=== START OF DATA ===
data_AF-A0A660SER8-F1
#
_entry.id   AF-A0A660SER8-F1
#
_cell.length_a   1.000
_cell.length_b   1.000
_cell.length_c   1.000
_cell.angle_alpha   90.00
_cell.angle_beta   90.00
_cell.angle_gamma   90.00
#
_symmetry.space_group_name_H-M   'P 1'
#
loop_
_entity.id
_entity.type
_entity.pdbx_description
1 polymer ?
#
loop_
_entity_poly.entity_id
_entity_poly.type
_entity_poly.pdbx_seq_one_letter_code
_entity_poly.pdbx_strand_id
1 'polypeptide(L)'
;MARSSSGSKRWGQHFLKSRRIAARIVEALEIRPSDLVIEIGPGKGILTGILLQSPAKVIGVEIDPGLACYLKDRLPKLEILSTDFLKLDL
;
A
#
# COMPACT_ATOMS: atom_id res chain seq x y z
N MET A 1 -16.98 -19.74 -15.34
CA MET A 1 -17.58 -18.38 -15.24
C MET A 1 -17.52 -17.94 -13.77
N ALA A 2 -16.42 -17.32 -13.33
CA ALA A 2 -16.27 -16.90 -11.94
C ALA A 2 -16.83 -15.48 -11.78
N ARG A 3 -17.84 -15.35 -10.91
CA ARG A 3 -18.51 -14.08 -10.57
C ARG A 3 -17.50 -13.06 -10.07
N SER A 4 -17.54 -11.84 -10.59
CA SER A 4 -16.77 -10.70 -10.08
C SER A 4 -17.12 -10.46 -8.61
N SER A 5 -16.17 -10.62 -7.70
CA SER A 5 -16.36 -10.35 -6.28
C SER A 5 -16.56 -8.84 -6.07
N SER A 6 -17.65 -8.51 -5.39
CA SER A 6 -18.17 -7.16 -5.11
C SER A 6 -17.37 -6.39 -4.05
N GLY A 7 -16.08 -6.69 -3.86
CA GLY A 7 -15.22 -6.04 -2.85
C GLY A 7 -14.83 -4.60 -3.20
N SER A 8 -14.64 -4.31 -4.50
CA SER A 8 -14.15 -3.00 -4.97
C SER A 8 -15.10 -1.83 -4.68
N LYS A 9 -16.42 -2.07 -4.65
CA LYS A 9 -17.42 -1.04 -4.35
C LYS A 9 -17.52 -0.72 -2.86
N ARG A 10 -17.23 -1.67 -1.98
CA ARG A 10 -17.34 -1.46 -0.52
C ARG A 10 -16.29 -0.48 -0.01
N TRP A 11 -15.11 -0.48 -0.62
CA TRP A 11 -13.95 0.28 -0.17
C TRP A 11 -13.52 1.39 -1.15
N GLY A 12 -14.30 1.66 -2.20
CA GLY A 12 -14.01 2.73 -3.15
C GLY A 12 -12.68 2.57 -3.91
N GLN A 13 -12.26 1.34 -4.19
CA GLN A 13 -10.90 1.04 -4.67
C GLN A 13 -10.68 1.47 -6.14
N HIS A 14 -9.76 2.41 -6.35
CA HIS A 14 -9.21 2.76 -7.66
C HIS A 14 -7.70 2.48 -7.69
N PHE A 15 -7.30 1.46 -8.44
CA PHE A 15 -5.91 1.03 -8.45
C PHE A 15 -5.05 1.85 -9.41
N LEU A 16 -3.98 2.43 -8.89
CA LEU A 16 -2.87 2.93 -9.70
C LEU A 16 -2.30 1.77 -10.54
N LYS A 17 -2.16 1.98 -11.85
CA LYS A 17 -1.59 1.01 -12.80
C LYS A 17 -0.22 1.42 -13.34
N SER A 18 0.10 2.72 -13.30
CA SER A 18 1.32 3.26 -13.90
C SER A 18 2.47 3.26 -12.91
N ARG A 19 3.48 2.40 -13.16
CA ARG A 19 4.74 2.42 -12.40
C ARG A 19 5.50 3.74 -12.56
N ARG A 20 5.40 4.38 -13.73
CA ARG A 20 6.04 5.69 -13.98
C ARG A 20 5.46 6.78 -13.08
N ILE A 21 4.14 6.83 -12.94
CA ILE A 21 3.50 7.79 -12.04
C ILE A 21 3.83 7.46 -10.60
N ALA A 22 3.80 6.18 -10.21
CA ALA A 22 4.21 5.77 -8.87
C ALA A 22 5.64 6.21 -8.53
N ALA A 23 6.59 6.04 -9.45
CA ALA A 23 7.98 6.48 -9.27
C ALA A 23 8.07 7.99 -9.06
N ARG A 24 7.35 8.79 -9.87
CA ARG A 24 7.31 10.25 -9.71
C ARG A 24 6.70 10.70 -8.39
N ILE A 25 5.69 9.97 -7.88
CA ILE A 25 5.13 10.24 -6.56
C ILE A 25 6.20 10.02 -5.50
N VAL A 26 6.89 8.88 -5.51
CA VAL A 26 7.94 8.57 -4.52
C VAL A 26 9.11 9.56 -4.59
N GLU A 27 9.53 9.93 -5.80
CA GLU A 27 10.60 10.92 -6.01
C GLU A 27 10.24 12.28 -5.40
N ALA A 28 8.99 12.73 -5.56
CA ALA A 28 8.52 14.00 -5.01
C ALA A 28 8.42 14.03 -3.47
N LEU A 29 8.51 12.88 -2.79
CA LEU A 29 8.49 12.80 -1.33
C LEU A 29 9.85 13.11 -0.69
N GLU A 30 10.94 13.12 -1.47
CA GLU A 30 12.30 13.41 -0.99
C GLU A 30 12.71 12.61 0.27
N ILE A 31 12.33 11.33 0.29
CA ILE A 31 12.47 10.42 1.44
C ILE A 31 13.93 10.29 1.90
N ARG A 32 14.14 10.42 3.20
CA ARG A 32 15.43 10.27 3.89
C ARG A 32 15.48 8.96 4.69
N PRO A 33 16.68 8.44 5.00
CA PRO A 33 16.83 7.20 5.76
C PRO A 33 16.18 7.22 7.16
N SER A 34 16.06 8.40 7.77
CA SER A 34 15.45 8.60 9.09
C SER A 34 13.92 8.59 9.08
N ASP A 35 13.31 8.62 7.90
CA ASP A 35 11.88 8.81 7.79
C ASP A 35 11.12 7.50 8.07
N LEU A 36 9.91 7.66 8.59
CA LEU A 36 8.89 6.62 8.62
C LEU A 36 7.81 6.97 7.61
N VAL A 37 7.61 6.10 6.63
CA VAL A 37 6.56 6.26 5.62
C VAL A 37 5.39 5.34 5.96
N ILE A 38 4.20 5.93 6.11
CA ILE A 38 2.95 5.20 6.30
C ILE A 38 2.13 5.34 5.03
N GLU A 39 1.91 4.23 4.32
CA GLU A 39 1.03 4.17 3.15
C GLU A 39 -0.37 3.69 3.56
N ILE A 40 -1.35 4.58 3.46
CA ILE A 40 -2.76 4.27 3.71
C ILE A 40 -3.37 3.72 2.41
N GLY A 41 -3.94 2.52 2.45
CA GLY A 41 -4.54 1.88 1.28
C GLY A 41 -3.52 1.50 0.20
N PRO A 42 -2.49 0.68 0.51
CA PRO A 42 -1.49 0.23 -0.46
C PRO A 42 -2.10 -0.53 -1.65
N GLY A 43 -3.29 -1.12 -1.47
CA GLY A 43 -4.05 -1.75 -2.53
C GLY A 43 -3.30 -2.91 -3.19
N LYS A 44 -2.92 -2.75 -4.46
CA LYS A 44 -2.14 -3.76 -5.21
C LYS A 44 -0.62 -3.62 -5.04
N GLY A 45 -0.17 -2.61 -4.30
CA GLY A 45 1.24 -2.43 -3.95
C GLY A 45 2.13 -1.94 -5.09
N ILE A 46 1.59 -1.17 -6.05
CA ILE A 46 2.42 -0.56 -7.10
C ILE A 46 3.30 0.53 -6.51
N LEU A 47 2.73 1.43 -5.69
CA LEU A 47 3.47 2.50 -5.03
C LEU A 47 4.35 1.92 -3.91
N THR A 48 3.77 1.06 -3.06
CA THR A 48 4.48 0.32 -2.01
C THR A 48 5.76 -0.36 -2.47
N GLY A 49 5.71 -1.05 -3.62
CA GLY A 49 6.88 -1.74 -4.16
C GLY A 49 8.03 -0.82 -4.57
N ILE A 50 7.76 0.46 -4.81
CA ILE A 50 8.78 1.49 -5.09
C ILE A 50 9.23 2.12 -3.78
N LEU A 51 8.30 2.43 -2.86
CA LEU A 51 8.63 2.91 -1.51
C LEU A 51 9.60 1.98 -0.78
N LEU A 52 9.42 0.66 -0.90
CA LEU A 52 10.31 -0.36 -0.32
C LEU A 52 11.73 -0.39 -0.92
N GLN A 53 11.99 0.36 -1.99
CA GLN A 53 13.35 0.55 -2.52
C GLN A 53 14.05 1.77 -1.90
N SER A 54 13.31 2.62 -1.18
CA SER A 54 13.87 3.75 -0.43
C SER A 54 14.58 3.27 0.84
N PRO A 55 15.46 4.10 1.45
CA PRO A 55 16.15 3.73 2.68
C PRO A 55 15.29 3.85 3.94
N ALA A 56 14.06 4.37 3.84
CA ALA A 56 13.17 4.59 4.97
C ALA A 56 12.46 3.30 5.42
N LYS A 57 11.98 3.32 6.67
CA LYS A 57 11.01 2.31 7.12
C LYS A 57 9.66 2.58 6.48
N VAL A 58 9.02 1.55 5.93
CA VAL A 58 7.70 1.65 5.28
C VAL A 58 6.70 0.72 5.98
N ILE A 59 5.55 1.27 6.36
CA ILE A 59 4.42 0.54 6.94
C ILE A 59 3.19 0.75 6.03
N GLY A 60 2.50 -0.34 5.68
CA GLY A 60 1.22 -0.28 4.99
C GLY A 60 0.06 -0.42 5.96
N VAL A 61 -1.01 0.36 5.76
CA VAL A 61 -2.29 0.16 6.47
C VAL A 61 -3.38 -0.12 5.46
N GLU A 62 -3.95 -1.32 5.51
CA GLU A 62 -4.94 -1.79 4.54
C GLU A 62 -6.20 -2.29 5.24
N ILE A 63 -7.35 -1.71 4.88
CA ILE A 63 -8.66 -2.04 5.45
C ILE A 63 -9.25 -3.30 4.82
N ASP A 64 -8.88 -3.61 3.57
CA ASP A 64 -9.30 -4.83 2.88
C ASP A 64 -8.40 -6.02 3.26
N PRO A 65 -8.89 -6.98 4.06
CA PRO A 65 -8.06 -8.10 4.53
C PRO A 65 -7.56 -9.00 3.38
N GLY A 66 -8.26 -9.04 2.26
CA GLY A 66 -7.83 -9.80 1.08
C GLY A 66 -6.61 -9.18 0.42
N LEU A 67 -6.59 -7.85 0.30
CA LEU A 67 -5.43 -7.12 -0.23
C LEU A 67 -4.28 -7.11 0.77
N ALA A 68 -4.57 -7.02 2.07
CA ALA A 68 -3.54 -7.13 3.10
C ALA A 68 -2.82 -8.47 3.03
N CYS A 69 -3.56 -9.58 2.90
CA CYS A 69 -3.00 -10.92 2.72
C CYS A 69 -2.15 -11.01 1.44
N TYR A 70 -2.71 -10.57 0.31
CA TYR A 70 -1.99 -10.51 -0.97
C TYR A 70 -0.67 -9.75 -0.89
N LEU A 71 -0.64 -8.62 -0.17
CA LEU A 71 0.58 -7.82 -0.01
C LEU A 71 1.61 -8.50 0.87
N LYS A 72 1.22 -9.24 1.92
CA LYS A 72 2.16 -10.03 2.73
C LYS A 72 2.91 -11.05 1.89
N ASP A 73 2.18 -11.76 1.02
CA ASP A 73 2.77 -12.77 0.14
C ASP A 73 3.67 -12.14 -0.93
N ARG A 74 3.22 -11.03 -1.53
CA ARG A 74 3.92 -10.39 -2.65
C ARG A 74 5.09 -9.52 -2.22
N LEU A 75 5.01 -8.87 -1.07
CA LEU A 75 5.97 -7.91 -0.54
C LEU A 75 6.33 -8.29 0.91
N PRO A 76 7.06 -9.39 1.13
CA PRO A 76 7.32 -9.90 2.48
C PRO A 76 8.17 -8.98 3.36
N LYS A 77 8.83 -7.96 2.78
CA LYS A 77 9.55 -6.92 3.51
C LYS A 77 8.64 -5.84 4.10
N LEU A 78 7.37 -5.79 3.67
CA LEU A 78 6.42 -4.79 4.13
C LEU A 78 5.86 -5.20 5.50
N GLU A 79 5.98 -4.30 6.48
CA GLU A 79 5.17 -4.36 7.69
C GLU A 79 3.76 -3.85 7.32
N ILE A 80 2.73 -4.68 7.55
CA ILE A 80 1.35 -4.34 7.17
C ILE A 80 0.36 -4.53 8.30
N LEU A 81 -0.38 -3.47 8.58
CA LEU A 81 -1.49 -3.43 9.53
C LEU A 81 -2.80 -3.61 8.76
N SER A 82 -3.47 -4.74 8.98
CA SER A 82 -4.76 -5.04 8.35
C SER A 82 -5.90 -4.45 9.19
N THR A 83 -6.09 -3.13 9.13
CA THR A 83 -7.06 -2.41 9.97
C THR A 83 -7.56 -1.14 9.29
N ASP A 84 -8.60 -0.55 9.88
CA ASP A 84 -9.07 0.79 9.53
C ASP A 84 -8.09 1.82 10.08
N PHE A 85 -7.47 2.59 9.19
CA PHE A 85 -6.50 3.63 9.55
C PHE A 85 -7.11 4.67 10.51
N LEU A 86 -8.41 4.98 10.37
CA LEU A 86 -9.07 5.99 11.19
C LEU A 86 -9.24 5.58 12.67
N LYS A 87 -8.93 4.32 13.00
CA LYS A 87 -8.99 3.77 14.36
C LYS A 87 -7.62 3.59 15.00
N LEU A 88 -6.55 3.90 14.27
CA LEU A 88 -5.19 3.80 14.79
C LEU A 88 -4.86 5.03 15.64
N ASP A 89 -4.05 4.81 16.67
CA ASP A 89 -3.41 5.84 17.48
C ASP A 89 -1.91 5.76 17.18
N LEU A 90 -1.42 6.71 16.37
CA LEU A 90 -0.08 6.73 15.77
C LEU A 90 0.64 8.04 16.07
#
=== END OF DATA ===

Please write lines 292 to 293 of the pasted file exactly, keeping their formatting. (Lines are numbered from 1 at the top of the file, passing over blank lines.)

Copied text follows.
N LEU A 88 -6.55 3.90 14.27
CA LEU A 88 -5.19 3.80 14.79